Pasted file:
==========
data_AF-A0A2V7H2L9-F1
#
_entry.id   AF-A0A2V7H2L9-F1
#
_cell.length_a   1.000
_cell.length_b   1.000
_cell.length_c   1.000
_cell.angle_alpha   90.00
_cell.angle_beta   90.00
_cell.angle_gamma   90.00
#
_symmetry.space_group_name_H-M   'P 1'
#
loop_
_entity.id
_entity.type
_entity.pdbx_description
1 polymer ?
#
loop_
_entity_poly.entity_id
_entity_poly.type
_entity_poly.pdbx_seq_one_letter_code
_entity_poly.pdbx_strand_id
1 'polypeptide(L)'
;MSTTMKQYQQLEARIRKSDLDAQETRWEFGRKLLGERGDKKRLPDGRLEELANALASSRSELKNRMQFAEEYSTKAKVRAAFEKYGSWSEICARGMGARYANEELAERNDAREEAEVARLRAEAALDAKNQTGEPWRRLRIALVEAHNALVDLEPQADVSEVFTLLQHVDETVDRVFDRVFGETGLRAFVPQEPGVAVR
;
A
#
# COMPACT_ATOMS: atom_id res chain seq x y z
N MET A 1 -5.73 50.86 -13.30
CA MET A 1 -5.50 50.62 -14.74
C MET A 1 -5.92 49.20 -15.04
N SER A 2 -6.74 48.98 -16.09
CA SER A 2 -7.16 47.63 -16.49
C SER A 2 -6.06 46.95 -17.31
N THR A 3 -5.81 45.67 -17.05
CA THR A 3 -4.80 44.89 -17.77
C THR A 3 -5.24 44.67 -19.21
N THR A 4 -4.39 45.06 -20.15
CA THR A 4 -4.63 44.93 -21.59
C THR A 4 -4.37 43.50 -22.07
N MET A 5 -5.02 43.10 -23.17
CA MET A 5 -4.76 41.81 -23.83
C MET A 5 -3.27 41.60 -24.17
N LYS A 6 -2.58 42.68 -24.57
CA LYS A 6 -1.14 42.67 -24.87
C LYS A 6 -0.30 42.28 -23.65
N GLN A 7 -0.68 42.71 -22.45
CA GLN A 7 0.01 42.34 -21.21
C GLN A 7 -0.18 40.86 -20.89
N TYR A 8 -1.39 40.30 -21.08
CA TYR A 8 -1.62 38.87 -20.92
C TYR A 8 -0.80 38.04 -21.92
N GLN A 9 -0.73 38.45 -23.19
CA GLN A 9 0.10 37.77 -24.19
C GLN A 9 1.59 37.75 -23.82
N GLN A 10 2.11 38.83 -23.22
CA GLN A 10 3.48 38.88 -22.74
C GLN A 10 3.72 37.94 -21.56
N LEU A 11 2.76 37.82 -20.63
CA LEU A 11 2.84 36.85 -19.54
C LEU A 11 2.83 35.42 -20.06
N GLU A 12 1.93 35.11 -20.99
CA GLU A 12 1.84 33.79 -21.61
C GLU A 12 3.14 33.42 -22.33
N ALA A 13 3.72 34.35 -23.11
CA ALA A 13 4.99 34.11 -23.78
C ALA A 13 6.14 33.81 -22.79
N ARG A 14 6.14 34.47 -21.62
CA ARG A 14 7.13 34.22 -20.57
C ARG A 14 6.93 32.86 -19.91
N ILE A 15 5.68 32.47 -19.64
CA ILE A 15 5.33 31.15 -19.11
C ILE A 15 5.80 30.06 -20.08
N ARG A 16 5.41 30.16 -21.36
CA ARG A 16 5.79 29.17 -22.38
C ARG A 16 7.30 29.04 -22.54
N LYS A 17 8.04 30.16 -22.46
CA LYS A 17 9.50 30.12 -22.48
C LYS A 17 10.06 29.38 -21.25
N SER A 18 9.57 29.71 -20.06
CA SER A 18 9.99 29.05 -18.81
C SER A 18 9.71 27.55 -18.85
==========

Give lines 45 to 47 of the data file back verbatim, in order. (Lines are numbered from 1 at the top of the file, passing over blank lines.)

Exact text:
C MET A 5 -3.27 41.60 -24.17
N LYS A 6 -2.58 42.68 -24.57
CA LYS A 6 -1.14 42.67 -24.87